Summer 2018 - HIST 368W D100

Selected Topics in the History of the Wider World (4)

South Asia - Global Force

Class Number: 5949

Delivery Method: In Person


  • Course Times + Location:

    Tu 1:30 PM – 5:20 PM
    BLU 9655, Burnaby

  • Instructor:

    Bidisha Ray
    1 778 782-9604
    Office: AQ # 6241
  • Prerequisites:

    45 units, including six units of lower division history.



A writing-intensive examination of selected topics in the history of Asia, Africa and/or the Middle East. The content will vary from offering to offering. See department for further information. Students may not take selected topics within HIST 368W for further credit if duplicating content of another history course and vice versa. Writing.


Becoming a Global Force: South Asia from colonialism to liberalisation

This writing- intensive course is designed to introduce students to the changing landscape of colonial and postcolonial South Asian history, to key institutions and experiments in the 20th century history of international development as experienced in South Asia, and to introduce students to interdisciplinary critiques of non–western development through one of its most remarkable examples: India.

In the 20th century, institutions, practices and ideas associated with ‘development’ have accounted for some of the most ambitious experiments in social engineering ever witnessed. In this course we will investigate key experiments in the history of development—from attempts to transform farming and end hunger via the industrial miracle of the Green Revolution in India to attempts to transform sexual practices and stave off poverty via state-dictated population control.

The first half of the course will focus on the colonial history of development in its embodiment as colonial projects of ‘improvement’ and ‘civilisation’ during the latter decades of the 19th century and the first half of the 20th century. In the second half of the course, we will address how formal political independence in South Asia as well as World War II and decolonisation impacted the atmosphere on which developmental programmes could be constructed and executed.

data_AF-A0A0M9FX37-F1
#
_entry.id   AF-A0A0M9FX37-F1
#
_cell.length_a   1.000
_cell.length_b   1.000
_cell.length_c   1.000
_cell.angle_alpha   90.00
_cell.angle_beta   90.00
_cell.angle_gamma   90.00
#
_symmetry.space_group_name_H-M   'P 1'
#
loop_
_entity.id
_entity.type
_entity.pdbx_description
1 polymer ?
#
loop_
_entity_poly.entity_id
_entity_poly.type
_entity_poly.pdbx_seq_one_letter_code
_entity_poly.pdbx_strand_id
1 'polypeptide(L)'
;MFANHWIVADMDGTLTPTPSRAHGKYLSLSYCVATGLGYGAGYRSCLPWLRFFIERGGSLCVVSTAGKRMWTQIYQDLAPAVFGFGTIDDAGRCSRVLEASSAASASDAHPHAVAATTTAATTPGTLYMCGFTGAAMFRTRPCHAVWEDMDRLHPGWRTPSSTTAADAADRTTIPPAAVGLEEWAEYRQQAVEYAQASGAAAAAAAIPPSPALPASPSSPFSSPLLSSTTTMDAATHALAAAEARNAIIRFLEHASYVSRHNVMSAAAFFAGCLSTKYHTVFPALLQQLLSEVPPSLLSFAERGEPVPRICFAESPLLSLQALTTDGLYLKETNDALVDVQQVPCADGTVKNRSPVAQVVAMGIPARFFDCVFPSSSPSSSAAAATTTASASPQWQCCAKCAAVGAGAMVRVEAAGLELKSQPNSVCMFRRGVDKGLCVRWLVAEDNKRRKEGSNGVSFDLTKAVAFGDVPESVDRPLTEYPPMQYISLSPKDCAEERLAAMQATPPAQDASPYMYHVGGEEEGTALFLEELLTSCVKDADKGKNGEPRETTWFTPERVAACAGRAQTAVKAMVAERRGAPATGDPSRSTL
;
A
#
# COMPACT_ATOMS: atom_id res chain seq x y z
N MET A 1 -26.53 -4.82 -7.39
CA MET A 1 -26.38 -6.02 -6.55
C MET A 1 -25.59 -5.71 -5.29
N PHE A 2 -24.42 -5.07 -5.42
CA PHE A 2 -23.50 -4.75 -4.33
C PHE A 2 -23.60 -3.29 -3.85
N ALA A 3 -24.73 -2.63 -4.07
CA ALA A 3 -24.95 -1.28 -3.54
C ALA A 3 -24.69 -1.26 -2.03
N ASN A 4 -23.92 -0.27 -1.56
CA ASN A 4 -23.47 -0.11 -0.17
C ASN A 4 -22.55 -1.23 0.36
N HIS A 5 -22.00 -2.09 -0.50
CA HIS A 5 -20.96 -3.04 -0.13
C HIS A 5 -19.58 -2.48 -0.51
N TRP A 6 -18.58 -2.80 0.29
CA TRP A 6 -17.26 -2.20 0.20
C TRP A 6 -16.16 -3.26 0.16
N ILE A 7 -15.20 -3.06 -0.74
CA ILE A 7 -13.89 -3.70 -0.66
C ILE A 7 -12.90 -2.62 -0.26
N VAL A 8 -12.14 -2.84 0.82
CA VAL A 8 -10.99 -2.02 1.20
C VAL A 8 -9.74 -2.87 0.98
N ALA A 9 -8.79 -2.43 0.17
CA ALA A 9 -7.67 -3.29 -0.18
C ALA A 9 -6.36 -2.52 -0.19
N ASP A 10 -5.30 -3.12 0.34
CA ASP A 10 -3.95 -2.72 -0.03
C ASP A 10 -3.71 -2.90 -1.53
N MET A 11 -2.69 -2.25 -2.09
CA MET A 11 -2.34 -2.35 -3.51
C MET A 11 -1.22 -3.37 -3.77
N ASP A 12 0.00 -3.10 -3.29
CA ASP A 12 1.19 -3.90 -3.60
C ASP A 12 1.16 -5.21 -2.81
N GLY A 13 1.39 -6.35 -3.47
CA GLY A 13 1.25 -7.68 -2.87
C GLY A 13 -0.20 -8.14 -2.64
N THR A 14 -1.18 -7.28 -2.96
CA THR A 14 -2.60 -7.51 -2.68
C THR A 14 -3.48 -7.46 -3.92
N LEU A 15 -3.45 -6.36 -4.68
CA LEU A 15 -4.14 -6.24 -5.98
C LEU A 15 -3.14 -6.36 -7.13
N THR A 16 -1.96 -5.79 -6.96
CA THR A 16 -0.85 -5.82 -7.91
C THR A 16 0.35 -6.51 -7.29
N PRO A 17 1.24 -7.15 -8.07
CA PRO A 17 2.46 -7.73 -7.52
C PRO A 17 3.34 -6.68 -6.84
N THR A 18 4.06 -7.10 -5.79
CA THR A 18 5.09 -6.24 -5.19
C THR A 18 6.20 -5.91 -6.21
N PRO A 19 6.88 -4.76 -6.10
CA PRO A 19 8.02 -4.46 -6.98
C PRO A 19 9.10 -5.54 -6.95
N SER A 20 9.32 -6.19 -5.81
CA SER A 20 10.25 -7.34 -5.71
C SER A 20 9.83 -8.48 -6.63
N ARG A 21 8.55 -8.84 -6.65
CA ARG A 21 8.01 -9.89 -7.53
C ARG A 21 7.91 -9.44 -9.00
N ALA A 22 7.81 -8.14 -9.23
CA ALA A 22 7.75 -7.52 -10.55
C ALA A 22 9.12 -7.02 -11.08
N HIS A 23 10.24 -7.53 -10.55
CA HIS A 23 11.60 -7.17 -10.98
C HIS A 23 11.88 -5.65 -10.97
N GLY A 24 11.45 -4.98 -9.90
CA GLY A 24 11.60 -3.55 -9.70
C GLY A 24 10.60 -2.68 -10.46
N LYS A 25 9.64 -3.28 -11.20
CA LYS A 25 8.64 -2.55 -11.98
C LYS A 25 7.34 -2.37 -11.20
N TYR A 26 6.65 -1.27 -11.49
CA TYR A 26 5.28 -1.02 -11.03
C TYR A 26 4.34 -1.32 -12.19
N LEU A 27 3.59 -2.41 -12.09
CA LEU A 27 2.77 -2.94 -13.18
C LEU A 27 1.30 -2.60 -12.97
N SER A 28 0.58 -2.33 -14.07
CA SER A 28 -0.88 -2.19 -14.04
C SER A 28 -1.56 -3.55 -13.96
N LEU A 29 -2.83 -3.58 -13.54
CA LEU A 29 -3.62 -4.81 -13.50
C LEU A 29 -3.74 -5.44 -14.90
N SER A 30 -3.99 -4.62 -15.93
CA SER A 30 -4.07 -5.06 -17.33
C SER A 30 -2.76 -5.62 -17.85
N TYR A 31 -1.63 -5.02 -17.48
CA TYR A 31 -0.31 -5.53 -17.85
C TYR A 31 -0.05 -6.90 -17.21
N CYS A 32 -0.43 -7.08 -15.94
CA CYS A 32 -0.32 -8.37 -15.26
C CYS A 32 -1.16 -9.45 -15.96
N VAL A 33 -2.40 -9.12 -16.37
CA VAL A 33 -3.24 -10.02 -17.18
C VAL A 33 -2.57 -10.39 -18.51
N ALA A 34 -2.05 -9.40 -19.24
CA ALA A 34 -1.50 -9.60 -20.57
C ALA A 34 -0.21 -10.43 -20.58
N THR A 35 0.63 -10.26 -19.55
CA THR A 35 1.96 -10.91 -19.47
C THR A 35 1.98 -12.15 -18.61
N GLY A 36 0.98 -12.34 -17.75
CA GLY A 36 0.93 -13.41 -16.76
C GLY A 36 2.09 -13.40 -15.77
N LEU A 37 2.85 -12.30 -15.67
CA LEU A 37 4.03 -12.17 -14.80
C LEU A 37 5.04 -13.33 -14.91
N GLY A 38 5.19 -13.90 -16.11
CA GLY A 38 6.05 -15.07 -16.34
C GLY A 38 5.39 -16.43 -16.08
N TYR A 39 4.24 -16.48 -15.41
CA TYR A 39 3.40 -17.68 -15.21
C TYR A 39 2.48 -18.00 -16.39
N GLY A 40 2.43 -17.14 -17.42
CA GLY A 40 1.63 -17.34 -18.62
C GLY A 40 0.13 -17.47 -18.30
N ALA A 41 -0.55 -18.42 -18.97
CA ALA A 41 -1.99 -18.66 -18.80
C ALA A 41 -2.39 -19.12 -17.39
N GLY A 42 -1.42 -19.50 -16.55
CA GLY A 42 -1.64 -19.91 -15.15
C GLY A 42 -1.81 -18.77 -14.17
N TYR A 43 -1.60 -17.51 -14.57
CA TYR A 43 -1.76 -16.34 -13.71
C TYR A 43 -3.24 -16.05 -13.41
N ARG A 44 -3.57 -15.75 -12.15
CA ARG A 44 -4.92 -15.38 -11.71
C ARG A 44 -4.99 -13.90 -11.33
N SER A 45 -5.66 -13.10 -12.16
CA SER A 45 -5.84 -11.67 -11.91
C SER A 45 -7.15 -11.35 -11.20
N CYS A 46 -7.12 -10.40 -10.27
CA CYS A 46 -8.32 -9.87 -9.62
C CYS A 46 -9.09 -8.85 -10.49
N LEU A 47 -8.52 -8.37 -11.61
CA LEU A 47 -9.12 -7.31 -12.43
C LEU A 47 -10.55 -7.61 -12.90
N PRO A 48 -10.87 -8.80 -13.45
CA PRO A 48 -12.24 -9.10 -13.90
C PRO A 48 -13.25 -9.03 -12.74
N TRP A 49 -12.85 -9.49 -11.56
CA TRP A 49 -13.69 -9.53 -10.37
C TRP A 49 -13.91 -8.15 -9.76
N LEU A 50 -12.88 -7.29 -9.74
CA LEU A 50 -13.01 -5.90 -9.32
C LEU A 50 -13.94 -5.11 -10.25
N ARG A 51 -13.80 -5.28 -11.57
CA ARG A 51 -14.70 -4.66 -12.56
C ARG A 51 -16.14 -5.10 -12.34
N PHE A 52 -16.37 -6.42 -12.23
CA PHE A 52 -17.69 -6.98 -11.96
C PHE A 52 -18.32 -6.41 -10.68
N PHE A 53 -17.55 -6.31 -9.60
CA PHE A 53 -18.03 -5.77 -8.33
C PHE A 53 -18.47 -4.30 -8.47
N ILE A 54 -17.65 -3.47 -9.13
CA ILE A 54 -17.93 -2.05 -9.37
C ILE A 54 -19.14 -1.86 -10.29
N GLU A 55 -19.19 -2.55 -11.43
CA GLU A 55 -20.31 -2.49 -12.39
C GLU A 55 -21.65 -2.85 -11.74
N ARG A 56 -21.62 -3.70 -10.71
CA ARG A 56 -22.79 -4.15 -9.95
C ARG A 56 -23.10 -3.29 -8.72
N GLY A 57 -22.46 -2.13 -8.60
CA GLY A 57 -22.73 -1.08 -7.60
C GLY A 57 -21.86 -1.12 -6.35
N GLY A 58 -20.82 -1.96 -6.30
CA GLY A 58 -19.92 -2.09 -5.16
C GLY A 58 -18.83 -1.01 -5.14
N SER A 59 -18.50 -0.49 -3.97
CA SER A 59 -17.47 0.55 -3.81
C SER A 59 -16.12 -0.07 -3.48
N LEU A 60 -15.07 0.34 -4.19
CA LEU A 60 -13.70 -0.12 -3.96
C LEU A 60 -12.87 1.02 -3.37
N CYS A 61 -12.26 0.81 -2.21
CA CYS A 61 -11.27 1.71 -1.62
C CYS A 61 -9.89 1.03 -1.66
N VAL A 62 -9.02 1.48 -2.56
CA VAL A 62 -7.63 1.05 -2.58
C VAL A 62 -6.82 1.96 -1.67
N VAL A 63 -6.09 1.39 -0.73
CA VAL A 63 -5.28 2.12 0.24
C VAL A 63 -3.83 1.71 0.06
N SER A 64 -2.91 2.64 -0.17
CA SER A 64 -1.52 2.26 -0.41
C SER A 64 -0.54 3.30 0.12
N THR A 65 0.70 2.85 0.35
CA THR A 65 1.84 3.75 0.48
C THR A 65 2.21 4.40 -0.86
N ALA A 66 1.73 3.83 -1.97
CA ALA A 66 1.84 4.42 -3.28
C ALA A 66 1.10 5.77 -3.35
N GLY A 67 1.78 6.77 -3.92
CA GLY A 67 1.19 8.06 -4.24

Some of the key questions the course will address are - To what degree was development in 20th century South Asia the liberating product of a post-war and postcolonial world order, and to what degree was it merely an heir to British colonialism? What is the relationship between modernisation and colonialism? Why didn’t Five Year Plans work in India? Is it accurate to describe postcolonial Indian development as a ‘suspended revolution’?

Both academic sources and popular cultural material such as film and music will be used to explore a wide range of historical themes.


  • Class participation 20%
  • Book Review 20%
  • Source Analysis – 15% + 15% 30%
  • Historiographic essay 30%



Sugata Bose and Ayesha Jalal, Modern South Asia, Routledge,2003.

Ramachandra Guha, India after Gandhi: the history of the world’s largest democracy , Pan, 2008.

Registrar Notes:

SFU’s Academic Integrity web site is filled with information on what is meant by academic dishonesty, where you can find resources to help with your studies and the consequences of cheating.  Check out the site for more information and videos that help explain the issues in plain English.

Each student is responsible for his or her conduct as it affects the University community.  Academic dishonesty, in whatever form, is ultimately destructive of the values of the University. Furthermore, it is unfair and discouraging to the majority of students who pursue their studies honestly. Scholarly integrity is required of all members of the University.